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Correct Golf Answer Take the wrists out of the action for less back spin

Hitting wedges into soft greens is definitely preferable than hitting into hard greens but they do present their own challenges.

High wedge shots loaded with back spin will tend to stop dead and even spin back once they land. Although this sounds fantastic (and often is) it means golfers have to be very precise about where they land the ball. Golfers are often better suited to taking the wrists out of the wedge shot to help decrease the amount of back spin produced. This often leads to more consistent shots when hitting into soft greens. Give this following technique a try when hitting into soft greens to help better control the ball.

  • Use a lofted wedge for this shot. Reducing the amount of loft will reduce the amount of spin. Be aware of this relationship.
  • The ball should be played from the middle of stance with 60% body weight placed on the front foot.
  • The feet and hips should aim slightly left which will pre-set them into an impact position which is not always achievable with a short swing technique.
  • Swing the club away using the shoulders and arms. There should be almost no wrist hinge during the back swing. As the shoulders and arms move the club away, golfers should keep 60% of the body weight on the front foot.
  • Swinging the club away with the shoulders and arms could feel quite robotic but it will decrease the angle of attack produced into the ball.
  • Swing down and return the hands slightly ahead of the ball at impact. Slide the club underneath the ball and use the bounce. There shouldn’t be a big divot but rather a bruising of the ground after impact.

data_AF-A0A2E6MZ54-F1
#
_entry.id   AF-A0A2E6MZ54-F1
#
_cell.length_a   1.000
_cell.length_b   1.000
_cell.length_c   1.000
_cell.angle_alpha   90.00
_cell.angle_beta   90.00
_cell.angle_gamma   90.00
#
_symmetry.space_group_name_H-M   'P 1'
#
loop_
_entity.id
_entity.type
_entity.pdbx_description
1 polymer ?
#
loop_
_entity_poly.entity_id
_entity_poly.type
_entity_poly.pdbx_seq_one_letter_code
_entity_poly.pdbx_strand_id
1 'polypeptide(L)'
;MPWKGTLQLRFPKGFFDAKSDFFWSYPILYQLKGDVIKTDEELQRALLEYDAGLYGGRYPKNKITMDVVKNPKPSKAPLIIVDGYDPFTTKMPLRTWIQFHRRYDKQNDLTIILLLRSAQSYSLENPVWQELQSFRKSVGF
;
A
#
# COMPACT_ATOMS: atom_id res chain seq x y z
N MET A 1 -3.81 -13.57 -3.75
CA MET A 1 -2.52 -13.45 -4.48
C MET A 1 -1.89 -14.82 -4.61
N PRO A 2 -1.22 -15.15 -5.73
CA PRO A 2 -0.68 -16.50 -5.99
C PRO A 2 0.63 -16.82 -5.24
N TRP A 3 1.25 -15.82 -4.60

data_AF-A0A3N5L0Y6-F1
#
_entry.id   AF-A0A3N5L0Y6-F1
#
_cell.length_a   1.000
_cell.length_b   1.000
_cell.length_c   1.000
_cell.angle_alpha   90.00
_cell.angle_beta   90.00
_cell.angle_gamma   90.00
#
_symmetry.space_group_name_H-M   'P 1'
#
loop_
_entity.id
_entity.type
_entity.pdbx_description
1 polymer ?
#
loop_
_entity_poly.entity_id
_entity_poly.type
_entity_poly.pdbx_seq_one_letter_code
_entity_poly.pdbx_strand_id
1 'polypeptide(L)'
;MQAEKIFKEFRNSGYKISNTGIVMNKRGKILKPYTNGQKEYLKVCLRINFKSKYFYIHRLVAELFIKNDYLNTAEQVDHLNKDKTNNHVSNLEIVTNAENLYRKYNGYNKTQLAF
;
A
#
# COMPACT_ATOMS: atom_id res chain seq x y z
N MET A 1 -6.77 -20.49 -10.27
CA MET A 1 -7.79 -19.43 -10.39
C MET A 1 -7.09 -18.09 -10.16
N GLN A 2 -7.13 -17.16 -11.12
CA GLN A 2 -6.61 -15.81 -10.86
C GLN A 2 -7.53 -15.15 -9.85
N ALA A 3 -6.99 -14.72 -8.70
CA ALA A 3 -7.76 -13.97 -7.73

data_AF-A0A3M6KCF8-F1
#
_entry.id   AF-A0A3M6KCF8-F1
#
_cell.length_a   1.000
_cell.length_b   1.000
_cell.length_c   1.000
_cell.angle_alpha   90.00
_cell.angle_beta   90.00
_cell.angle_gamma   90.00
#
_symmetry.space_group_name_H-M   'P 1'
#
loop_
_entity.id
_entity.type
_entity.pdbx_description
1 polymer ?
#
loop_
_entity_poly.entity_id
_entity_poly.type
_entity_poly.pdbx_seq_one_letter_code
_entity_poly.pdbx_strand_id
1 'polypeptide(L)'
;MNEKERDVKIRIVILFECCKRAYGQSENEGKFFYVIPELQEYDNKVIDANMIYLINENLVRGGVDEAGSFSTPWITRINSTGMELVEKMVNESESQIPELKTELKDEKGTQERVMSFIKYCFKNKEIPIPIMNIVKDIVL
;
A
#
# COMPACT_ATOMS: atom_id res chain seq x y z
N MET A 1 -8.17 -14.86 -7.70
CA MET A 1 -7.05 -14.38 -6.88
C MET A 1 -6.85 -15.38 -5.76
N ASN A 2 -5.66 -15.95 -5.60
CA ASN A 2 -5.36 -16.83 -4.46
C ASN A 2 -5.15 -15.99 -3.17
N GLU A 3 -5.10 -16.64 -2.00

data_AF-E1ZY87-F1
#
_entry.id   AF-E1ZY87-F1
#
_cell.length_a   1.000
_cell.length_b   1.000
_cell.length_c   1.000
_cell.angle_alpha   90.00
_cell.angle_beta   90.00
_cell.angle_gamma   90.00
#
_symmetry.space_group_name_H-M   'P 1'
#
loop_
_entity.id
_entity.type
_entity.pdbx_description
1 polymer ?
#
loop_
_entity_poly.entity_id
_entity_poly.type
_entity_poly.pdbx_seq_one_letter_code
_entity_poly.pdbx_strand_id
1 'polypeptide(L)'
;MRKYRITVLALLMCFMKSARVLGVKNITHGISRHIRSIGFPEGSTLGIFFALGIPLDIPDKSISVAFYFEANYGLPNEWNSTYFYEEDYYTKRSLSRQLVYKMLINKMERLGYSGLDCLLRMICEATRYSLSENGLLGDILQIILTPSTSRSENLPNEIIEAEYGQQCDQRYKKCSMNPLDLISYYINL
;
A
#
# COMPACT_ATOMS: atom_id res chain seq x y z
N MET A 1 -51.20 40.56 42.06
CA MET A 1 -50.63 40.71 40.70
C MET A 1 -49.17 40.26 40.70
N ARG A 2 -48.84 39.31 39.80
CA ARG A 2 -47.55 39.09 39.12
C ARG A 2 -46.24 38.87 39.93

• Swing through and repeat the no wrist follow through. Drive the club through with the arms and shoulders.

When the greens are soft, controlling the amount of back spin on the ball is crucial. Don’t try to be Phil Mickleson and rip the ball back 30 feet, use the no wrist swing and control the spin.

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This shot is the Holy Grail for many golfers but should only be attempted when golfers strike the ball consistently. Using the no wrist shot will help increase consistency.

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If the green is really soft, increasing the amount of back spin placed on the ball could increase the likelihood of the ball spinning away from the hole. If the greens are very soft the fairways are likely to be very soft also and hitting the ball hard could lead to other inconsistencies.

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Although chipping the ball low and letting it run is not out of the question, players should take advantage of the soft conditions and get the ball landing a little closer to the hole.